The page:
We have a unique goal for this campaign — a historied number among mathematicians and computer engineers, and a playful Yellow Jacket homage to some of the Institute’s greatest historical accomplishments and milestones: 231-1 (or $2,147,483,647).

The number 2,147,483,647 is significant for several reasons:

  • Mathematics: It is the eighth Mersenne prime and was the largest known prime number from 1772 to 1867.
  • Computing: It is the largest value that a signed 32-bit integer field can hold.
  • In video games, it is often used as a hard limit for various statistics, such as money or points.
  • Unix Year 2038 problem (Y2K38): The latest time that can be properly encoded in systems that measure Unix time is 231-1 seconds after epoch, which is January 19, 2038 at 03:14:07 UTC.

The significance of "31" in Tech's history

Though relatively young compared to other world cities, Atlanta has punched above its weight in U.S. and world history. And Georgia Tech has been a part of that history, not as a passive bystander, but as a driving force.

In the 1870s, business leaders in Georgia endorsed a social and economic creed known as the New South, a proposal to modernize the region’s economy and prevalent social norms. It is during that time that the idea of creating an institute of technology emerged. 

Three decades later, the Georgia School of Technology was fully operative in its current location. In 1905, President Theodore Roosevelt visited the School and spoke to students from the steps of Tech Tower. "America can be the first nation,” he said, "only by the kind of training and effort which is developed and is symbolized in institutions of this kind. . . . It is incumbent upon you to do well, not only for your individual sakes, but for the sake of that collective American citizenship which dominates the American nation.” This is an early reference to what has become the Institute’s mission, Progress and Service.

The next three decades saw the establishment of GTRI, then under the name Engineering Experiment Station, and the beginning of research as part of Georgia Tech’s mission. Since 1934, Georgia Tech has grown into the number one technological research institution in terms of research and development expenditures, number one among universities without a medical school, and top 20 overall.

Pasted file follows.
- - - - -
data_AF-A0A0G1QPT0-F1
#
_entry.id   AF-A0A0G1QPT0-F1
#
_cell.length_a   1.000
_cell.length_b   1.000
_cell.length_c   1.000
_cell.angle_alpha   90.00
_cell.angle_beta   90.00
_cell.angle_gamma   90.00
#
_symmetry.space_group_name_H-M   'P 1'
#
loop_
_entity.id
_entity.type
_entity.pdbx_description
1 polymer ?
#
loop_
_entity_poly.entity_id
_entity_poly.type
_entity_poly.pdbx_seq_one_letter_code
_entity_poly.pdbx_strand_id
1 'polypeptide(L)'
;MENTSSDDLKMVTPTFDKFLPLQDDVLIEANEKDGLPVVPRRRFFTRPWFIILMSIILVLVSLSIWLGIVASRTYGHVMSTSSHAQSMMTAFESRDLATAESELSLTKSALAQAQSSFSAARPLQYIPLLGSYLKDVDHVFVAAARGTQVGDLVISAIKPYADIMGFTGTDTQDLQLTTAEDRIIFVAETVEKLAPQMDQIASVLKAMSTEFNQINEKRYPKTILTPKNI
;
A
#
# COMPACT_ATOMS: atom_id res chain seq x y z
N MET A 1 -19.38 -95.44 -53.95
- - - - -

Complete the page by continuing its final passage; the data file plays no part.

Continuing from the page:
Fast forward 31 years. It’s 1965, the year the Voting Rights Act, close on the heels of the Civil Rights Act, became federal law in the U.S. Here at Georgia Tech, it was the year Ronald Yancey became the first Black graduate of the Institute. During those years, changes in Atlanta were led by Mayor Ivan Allen Jr., a Georgia Tech alumnus who had convinced major businesses to integrate voluntarily and was the only white politician from the South who agreed to testify in Congress in favor of civil rights legislation. Since the 1960s, Georgia Tech has evolved into the largest producer of women and Black engineers in the country and has fully embraced, as part of its mission, expanding access to individuals from all backgrounds to careers in science and technology.

Fast forward another 31 years, to a major turning point in the history of Georgia Tech and the city of Atlanta: the 1996 Summer Olympic Games, which brought the world to our doorstep and ushered in a new era of international engagement along with reimagined, modern campus facilities.   

In 2027 this campaign will conclude, 31 years after our Olympic moment. It will mark another significant milestone, capping off a period of unprecedented growth and global expansion, a rise through the higher ed rankings across the Institute, soaring sponsored research funding, and successively record-breaking capital campaigns under the leadership of Presidents G. Wayne Clough (1994-2008) and G.P. “Bud” Peterson (2009-2019).  

This campaign will set us up for success for the next 31 years and beyond. 

Two images of students and researchers